A Fire in the Kitchen, subtitled: The Autobiography of a Cook, by Florence White. Not a fast-paced, scintillating book, but definitely interesting - I will be reading it through again, and I don't do that very often.
Florence White was born on 20th June 1863, which would make today her 155th birthday.
When Florence was almost six years old, her mother died. Before long, her father re-married, but the young woman was not kind to the little girl and she lived a sad and lonely childhood, often confined to her bedroom, away from the family.
One day someone was playing with a spinning top on the dining-room table, when a wire flew out of it, and hit her in the eye. She was not taken for treatment and would have become totally blind, had it not been for her friend's mother, who insisted that Florence's father take her to see an eye specialist, he confirmed that the sight was gone in the injured eye and the other eye was badly infected and in danger of being lost. He ordered drops to be put in and both eyes to be bandaged for six months, six months of blindness.
The friend, Ida, was to prove to be "the best friend a girl and woman ever had." She was an artist and Florence often used to visit her in her studio, spending hours with her friend. I have tried to find some of the paintings which Florence lists as being among her favourites, without success.
I found this one (thank you, artchive.com) and can't help but wonder whether the cook is based on Florence - the hairstyle is similar.
Florence had to work for a living, she wasn't trained for anything, but she was intelligent and fairly well educated. She got work as a journalist, a cook, housekeeper, social worker, even writing books on dressmaking for Singer Sewing Machines, for which she was paid £50 down on delivery of the complete manuscript and then £50 on the publication of each edition of 20,000 books.
Because the damaged eye had been left in her head, instead of being removed, she suffered from almost continual neuralgic headaches and pains at the back of her neck, her strength was sapped, her heart affected.
She spent some time in France, gave English lessons, studied French cooking, travelled and worked.
However, her remaining eye was under a lot of strain, and she had debilitating heart problems, so there were times when she was forced to rest in bed. During these times she studied, did research, wrote articles, if she was well enough. Then when her heart had recovered sufficiently, she would find another job, to earn her daily crust.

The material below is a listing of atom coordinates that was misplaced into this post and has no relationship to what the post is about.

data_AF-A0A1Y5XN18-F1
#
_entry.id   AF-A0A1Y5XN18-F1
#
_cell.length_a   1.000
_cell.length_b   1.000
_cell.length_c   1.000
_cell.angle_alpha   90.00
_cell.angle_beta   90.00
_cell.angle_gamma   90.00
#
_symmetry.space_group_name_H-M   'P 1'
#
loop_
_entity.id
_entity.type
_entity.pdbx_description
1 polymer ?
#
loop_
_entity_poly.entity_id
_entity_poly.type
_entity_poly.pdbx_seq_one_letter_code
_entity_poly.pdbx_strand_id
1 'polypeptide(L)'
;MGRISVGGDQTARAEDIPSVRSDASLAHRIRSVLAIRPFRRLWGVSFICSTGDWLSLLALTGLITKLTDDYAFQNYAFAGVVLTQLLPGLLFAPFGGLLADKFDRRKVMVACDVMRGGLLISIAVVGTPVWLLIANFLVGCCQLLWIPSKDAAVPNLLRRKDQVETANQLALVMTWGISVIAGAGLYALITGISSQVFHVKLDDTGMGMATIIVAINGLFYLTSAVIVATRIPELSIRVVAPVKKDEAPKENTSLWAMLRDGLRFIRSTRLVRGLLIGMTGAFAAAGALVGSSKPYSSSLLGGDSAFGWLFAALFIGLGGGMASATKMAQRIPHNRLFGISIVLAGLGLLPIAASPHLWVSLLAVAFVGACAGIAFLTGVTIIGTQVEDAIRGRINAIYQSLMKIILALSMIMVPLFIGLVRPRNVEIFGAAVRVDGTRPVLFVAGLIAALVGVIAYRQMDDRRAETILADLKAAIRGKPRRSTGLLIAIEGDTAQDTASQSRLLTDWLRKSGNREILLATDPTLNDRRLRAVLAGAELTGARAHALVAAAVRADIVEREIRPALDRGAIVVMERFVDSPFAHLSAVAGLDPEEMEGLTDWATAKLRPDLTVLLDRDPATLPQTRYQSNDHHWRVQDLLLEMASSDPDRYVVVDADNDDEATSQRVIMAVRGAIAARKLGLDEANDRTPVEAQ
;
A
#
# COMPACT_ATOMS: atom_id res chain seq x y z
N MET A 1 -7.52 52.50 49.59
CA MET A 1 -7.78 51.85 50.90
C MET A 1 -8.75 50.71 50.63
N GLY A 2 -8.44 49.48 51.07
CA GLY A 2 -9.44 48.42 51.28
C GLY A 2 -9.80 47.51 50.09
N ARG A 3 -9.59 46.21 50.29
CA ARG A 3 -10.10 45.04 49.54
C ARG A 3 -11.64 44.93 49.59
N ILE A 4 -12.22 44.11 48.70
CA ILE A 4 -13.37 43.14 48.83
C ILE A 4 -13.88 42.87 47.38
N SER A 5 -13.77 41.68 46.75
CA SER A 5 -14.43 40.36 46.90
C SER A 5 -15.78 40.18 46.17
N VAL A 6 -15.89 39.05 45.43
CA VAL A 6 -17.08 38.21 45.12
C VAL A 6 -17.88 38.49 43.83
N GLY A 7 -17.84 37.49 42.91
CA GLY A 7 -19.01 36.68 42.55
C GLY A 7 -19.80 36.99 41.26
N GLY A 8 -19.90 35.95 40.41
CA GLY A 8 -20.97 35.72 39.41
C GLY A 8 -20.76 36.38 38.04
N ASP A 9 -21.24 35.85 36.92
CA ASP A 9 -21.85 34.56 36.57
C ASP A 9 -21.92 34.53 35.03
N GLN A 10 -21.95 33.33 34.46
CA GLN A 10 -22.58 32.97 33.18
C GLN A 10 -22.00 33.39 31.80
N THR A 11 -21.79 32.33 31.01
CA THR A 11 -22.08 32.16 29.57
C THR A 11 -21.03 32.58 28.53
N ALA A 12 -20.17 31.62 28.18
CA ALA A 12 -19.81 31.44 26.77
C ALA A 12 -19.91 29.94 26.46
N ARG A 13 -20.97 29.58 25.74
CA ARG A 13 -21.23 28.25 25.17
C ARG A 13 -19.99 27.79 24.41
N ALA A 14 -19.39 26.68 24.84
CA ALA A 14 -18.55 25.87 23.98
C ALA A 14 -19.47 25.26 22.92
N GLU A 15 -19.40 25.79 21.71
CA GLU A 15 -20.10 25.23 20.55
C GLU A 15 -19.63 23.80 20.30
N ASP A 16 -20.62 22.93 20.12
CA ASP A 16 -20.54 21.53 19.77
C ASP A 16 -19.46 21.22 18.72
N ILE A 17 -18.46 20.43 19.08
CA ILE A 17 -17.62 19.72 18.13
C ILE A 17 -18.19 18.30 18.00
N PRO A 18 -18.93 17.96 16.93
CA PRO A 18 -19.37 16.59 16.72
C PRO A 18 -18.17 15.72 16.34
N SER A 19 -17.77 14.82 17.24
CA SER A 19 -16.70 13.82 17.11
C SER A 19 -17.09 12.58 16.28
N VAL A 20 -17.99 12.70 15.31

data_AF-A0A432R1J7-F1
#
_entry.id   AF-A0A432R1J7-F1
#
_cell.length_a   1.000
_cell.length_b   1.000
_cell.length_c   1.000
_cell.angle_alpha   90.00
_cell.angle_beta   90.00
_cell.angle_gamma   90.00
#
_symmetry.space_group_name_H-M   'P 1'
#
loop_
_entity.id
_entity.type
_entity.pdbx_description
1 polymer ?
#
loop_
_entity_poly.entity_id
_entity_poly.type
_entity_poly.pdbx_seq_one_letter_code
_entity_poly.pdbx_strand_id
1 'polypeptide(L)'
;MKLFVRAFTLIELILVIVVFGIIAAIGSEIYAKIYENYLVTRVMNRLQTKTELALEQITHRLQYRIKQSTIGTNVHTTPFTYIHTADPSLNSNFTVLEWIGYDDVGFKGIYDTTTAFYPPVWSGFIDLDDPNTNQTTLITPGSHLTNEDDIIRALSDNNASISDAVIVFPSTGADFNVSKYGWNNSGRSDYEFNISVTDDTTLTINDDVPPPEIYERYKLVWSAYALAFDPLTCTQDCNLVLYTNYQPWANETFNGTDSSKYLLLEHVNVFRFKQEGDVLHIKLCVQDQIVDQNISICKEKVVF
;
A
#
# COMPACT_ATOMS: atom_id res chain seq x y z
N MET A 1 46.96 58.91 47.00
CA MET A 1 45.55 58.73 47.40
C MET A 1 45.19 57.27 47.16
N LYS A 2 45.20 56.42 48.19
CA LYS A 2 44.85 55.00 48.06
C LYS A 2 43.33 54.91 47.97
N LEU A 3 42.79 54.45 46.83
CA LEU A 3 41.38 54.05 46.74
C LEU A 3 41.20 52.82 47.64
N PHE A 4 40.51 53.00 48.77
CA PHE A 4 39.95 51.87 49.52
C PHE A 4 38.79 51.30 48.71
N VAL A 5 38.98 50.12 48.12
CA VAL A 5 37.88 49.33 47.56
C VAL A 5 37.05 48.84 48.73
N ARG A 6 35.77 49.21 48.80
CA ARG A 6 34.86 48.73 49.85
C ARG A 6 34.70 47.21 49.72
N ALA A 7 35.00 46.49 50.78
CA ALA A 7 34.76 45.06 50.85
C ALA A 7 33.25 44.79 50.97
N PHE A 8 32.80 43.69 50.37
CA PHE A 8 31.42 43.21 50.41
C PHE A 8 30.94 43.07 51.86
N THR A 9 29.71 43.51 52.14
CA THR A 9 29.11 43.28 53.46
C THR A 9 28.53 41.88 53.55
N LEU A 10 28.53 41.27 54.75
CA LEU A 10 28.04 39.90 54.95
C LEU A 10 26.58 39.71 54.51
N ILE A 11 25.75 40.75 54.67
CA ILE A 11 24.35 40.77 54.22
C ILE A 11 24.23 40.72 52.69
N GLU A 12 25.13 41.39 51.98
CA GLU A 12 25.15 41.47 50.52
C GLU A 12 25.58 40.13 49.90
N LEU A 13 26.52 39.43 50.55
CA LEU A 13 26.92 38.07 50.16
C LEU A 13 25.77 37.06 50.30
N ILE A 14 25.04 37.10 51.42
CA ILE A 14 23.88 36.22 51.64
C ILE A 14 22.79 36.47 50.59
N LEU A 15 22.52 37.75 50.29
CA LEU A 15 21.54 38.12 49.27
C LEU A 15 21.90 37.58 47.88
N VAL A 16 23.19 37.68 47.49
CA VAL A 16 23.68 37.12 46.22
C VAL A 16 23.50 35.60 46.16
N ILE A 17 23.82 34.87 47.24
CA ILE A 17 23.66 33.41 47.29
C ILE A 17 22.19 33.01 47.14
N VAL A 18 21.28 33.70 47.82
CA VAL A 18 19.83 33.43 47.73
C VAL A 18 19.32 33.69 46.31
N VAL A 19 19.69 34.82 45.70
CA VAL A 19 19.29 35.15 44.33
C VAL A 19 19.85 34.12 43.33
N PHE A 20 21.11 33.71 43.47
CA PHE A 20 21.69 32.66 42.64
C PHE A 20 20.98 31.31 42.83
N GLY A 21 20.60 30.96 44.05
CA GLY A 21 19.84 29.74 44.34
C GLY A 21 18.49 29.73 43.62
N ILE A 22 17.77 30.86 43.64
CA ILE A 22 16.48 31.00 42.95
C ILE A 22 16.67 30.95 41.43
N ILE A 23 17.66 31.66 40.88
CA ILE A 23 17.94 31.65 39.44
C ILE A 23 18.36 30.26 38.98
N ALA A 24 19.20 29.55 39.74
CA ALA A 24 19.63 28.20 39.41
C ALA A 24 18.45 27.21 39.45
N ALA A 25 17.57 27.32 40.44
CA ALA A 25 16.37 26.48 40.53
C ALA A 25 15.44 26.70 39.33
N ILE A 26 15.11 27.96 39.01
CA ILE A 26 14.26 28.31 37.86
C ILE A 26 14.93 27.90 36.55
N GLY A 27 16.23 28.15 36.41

Throughout her life she was fascinated by food, especially the food of England. She felt very strongly that it was wrong that French food was so highly regarded, while our own rich food heritage was neglected. She believed they were both equally good in their different ways and wrote articles about cookery, collected recipes from people throughout the country and was responsible for founding the English Folk Cookery Association.
Prolonged periods of poor health meant that things moved slowly. Her lack of funds hindered her progress and she had to sell her library of old cookery books to a friend, who immediately loaned them back to her. Florence continued slowly gathering information, recipes, and writing her books.
She finally managed to get her book "Good Things in England" published, then "Flowers as Food", as well as some publications for the English Folk Association. Then in 1938 her autobiography was published.
My copy was signed by Florence, dedicated to a Mrs Vallance. When I first saw the writing, I was perplexed at the rambling lines and the way the ink kept running out, the writing faded. Of course there is a very good reason, by the time she her autobiography was published, she was almost blind in her remaining eye, so she wouldn't have been able to see her own handwriting.
There is much more to her story, but right now I am busy following an intriguing thread. Florence mentioned that throughout her life as a writer and journalist, she often found that her original research and recipes had been 'lifted' and then presented by other people as their work.
One small incident was when she presented a completely fresh family recipe to a newspaper (a previously unpublished one from an old family friend) in reducing the quantities, to make them more manageable, Florence made a mistake with one of the calculations. When she saw it in the publication she tried to have it corrected, but it was not done. A while later the same recipe, with the error, was published by another writer, presented as an original.
Her most famous publication was Good Things in England, a vast collection of old recipes, garnered from around the country, following many years of dedicated research, slowed by her poor health and lack of funds. Before she managed to get it published, someone she had trusted, and with whom she had shared information, beat her to it and had their own version published.
There are lots of recipe books but not too many big collections of old English recipes... I am digging and delving, trying to find out who it was. Could it be May Byrons, Mildred Blakelock, or ...? I need to investigate, browse my shelves, trawl through bibliographies. I enjoy a good mystery, so I could be some time.